They assert that the Valentine decision cited by Freeman held that a trial court may provide the necessary differentiation between separate criminal counts either before or during the defendant’s trial, and point to trial testimony by the victims describing specific sex acts of different kinds that took place at different times and places during the time period identified in the indictment as sufficient to meet the requirements of Russell.  They also point out that Freeman had access to all of the state’s evidence and therefore had the opportunity of learning the basis for the counts in the indictment through “open discovery,” and note that the basis of several of the counts was clearly known to Freeman, because they were based on a partial confession he made to police.

Contacts
Katherine Mullin, 216.698.7919, for the state and Cuyahoga County prosecutor's office.

Erika Cunliffe, 216.443.7580, for Charles Freeman.

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Attorney Discipline

Disciplinary Counsel v. Philip Lucas Proctor, Case no. 2011-0295
Licking County

The Board of Commissioners on Grievances & Discipline has recommended that the license of Newark attorney Philip L. Proctor be suspended for six months for violations of state attorney discipline rules arising from unsupported accusations of bias, ex parte communications and other improper conduct by a judge that Proctor included in written documents he filed in the Delaware County Court of Common Pleas and later repeated in pleadings he submitted to the 5th District Court of Appeals.

Proctor entered into stipulations with the Office of Disciplinary Counsel admitting that his conduct violated three provisions of the Code of Professional Responsibility and jointly recommending a fully-stayed license suspension as the appropriate sanction.  A three-member hearing panel agreed that the stipulated violations had been committed, but rejected the parties’ recommended sanction as insufficient and instead recommended that Proctor receive an actual six-month suspension from practice. The full disciplinary board reviewed and adopted the panel’s findings and recommended sanction.

Proctor has filed objections to the board’s conclusions and recommended sanction. He asserts that while the language he used in his court filings to describe the alleged improper actions of the judge may have been inappropriate, he was ethically obliged to report what he believed was judicial misconduct to the “appropriate authority.” Proctor argues that he acted under the belief that describing the suspected judicial misconduct in his filing with the 5th District, which is the superior court that reviews cases from Delaware County, was an appropriate way to make such a report. He urges the Court to impose a fully-stayed suspension, which is the sanction that he and Disciplinary Counsel mutually agreed was appropriate for his conduct.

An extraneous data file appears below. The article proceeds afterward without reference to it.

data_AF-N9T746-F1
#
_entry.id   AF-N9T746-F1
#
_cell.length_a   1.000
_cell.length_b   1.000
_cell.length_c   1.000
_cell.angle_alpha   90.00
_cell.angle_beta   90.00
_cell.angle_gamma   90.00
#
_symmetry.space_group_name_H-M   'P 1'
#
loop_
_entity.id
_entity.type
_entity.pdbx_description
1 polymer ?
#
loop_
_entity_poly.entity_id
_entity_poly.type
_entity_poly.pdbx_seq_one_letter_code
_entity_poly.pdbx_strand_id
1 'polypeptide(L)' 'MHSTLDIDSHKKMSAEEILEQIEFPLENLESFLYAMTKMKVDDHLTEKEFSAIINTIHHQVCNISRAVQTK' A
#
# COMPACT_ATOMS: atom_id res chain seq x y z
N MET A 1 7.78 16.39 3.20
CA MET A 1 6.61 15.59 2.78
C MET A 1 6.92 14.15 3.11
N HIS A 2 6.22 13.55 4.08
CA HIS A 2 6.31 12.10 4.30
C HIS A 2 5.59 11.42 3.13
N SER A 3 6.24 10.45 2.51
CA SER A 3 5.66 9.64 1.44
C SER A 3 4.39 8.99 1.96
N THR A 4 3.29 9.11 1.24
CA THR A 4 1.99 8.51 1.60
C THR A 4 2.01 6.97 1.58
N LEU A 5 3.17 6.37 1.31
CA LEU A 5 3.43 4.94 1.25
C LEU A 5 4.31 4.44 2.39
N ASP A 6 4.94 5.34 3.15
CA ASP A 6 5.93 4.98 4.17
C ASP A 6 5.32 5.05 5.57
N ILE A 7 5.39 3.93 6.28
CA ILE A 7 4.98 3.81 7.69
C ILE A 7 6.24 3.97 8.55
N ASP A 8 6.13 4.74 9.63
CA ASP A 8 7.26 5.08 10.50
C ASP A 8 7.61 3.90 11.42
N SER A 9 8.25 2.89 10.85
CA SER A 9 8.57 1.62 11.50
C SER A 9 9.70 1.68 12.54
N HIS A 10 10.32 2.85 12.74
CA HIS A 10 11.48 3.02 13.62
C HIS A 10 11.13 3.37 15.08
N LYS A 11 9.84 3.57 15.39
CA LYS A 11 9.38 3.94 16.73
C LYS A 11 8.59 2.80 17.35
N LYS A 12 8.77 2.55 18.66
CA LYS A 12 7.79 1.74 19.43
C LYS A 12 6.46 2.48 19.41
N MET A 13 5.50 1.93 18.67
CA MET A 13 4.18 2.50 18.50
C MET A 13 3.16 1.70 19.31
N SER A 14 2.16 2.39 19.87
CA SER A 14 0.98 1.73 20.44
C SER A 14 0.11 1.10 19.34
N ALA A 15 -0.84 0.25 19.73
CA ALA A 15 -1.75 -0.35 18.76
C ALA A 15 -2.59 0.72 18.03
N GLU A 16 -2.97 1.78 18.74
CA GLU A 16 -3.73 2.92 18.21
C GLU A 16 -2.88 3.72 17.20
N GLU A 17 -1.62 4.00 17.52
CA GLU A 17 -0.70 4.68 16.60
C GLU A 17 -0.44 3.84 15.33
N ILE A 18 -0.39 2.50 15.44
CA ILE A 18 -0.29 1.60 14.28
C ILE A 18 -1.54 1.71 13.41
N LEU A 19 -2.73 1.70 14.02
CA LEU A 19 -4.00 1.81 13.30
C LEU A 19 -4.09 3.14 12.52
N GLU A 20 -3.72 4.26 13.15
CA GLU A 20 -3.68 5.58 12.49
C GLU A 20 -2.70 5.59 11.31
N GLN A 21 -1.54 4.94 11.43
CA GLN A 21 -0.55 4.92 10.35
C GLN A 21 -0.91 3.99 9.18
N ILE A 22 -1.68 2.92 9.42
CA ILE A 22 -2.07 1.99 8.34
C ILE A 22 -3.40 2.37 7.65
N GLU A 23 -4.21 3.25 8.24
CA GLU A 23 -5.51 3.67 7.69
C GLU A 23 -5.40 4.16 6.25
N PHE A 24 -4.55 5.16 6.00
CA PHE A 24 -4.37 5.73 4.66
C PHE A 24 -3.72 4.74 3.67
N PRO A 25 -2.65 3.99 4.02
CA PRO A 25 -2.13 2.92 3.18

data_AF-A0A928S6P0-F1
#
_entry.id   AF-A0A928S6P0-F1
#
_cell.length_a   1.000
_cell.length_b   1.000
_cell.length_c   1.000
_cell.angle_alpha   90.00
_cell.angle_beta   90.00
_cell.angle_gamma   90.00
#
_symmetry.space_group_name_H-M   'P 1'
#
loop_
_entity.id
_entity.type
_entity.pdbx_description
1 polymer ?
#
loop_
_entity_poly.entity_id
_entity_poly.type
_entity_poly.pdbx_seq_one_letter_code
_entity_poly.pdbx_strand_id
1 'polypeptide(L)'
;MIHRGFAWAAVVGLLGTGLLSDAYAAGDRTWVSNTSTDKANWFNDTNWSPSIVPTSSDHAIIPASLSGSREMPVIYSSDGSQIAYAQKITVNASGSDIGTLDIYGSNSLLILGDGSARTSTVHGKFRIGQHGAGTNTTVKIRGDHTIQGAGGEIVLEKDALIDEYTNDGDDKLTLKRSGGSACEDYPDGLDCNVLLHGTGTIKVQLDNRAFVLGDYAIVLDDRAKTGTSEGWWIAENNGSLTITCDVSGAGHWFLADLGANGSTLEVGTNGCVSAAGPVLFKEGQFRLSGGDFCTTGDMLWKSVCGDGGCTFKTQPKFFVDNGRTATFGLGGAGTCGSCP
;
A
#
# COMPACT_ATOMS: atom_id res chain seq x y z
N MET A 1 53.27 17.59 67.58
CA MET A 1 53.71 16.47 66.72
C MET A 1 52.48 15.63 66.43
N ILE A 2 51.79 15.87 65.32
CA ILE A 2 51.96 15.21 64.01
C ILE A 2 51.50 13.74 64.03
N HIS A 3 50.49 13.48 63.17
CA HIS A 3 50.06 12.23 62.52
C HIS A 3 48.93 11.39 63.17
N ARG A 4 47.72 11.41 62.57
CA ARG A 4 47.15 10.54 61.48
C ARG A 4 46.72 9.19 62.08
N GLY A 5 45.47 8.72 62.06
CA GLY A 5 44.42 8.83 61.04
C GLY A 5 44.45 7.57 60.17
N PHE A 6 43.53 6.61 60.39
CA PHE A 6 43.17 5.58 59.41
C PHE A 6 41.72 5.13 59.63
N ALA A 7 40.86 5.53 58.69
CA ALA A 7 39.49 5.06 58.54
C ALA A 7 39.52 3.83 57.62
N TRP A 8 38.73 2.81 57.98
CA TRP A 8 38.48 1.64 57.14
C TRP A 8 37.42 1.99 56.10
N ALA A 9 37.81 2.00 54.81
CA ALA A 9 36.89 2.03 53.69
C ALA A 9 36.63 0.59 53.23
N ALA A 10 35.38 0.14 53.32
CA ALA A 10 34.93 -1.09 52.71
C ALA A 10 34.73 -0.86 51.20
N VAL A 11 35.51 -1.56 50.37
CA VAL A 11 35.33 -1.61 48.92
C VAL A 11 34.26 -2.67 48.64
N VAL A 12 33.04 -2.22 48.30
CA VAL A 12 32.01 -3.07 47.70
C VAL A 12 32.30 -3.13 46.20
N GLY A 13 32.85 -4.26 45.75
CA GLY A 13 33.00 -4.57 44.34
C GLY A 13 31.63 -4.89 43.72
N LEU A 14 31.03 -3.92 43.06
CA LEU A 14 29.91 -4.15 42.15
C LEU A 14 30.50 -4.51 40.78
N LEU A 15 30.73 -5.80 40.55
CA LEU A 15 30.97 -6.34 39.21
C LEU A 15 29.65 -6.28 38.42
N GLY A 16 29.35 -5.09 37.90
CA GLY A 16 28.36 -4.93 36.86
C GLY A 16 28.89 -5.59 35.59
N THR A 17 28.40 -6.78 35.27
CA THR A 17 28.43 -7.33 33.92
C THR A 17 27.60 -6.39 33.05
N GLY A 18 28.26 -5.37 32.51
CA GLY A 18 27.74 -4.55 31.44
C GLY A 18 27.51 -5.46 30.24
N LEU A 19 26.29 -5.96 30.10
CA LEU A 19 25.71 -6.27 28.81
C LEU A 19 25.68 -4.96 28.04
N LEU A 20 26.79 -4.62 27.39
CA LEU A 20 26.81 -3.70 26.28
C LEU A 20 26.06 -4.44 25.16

Disciplinary Counsel has entered a response to Proctor’s objections.  Counsel asserts than a number of the factual assertions and arguments now advanced by Proctor are contrary to admissions and agreed statements of fact that were included in the stipulations he signed prior to his board hearing.

While the board’s recommended sanction is more severe than the penalty counsel agreed to support, counsel argues that an actual suspension from practice is commensurate with the reckless accusations that Proctor made against a judge, accusations which he later agreed were not supported by first-hand knowledge or credible evidence.

Contacts
Jonathan E. Coughlan, 614.461.0256, for the Office of Disciplinary Counsel.

James Adray, 419.241.2000, for Philip Proctor.

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These informal previews are prepared by the Supreme Court's Office of Public Information to provide the news media and other interested persons with a brief overview of the legal issues and arguments advanced by the parties in upcoming cases scheduled for oral argument. The previews are not part of the case record, and are not considered by the Court during its deliberations.

Parties interested in receiving additional information are encouraged to review the case file available in the Supreme Court Clerk's Office (614.387.9530), or to contact counsel of record.